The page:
hello everyone and by everyone of corse I really mean all 5 of you, this is my long overdue third blog entry. In my last attempt at blogging I made an obvious statement, that the table top gaming industry is in a decline this I am sure is not news to anyone, so I am going to address that issue here today. For those of you who are now expecting some treaties on what we need to do as gamers and producers to revitalize the hobby I recommend you read my mission statement again because that is not what I am here for, no in this entry I am goingto address a very small demographic all be it one that I personally am a part of but remember every person or group we bring in to the hobby the more we strengthen it and perhaps if we as gamers and producers work to include more groups we can turn the tide, also summon captain planit or something but I digress. I am going to explain today why you as a gamer and then you as a producer want a blind person in your game and in a larger sense in your hobby.
The first reason I will get out of the way now so we can all dismiss it right off and move on to the ones that actually might sway your opinions. Helping the blind and indeed any other group to participate in something is the right thing to do. Did this change anyones mind? I didn’t think so, if it did good for you. I will now ask the question why did this not occure to you sooner? For the rest of us we can move on to the important self interest stuff.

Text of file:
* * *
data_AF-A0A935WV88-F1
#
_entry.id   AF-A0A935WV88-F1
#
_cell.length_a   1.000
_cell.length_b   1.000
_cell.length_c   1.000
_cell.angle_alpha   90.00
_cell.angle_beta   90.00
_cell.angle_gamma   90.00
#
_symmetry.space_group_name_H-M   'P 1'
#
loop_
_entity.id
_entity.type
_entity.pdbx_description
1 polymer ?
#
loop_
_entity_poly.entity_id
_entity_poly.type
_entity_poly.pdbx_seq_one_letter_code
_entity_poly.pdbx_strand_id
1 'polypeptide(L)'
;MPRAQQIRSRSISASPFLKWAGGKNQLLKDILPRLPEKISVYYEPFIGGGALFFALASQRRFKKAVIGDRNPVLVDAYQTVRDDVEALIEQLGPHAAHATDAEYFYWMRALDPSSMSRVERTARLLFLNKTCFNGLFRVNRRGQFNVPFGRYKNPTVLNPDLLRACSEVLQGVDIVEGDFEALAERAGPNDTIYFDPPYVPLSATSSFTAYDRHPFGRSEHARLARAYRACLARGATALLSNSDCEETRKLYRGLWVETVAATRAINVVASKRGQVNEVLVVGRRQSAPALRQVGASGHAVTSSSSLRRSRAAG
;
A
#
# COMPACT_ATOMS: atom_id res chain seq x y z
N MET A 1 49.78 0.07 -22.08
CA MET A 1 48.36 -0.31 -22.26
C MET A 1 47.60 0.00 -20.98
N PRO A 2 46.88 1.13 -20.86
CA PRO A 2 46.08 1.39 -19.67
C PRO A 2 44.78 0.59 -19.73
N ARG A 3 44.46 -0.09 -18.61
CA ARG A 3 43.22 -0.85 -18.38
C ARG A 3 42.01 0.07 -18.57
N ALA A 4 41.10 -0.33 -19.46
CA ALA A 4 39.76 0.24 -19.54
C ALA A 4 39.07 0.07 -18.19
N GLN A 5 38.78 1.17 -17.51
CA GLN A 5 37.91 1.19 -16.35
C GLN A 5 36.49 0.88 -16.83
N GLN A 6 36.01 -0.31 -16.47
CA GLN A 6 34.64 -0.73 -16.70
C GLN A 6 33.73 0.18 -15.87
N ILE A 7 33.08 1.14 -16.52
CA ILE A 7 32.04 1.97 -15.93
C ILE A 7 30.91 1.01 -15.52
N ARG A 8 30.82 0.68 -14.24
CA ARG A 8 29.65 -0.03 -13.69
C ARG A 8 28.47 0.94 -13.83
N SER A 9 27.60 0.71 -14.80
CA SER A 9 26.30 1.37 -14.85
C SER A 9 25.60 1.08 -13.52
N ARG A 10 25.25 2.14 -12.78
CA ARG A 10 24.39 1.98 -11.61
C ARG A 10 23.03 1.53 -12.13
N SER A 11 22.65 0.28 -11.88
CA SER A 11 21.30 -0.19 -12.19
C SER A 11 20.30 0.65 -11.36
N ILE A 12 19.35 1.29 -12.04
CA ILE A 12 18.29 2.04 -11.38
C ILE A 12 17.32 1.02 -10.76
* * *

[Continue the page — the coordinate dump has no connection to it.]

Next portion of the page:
We read, ok this needs a little clarification to make sense. First I will not bother to point out the obvious that reading provides great inspiration to those of us who participate in what amounts to group storytelling and instead point out that with travel being difficult and television and films only having limited appeal most of us blind folks read a lot. And due to the failure of most schools to provide a rounded education we tend to focus on the arts. And if you can’t see the benefit of a flud of artists joining the game then perhaps you want to take a moment to think about the fact that you may actually have found the only way to play dungeons & dragons wrong.
The next we tend to think descriptively. I am sure I don’t need to explain that the blind experience the world a little differently, we go through the world with much less sensory input then everyone else. This tends to make us descriptive we may not spend forever describing how blue someone’s eyes were but because we go through life with out sight it forces us to lern to form mental pictures of everything. If nothing else this may actually give us an advantage in a hobby where a lot of the action lies in the players ability to imagine and then explain an action to others around a table. Just take a moment how often does a GM describe a dragon as no more then a bit of the descriptive text and then some tripe about his impressive size and then show you a picture or in the worst of cases a simple painted or unpainted mini. While I can reasonably say that very few blind players will present you with some bit of art to give you an idea of what that dragon looks like and can with little reservation say he or she will not be painting a mini that person if given a chance may explain how the dragons scails are chipped from meny previous incounter with adventurers how its face is marred by the collected soot of a thousand jets of flame and it’s breath reeks of a charnel house. Note like anyone else however it may take some time for a blind player to come out of there shell enough to share there mental images with the group. Further note if a blind player produces a highly detailed painted mini that they claim to have painted themselves there is a good chance they are not blind.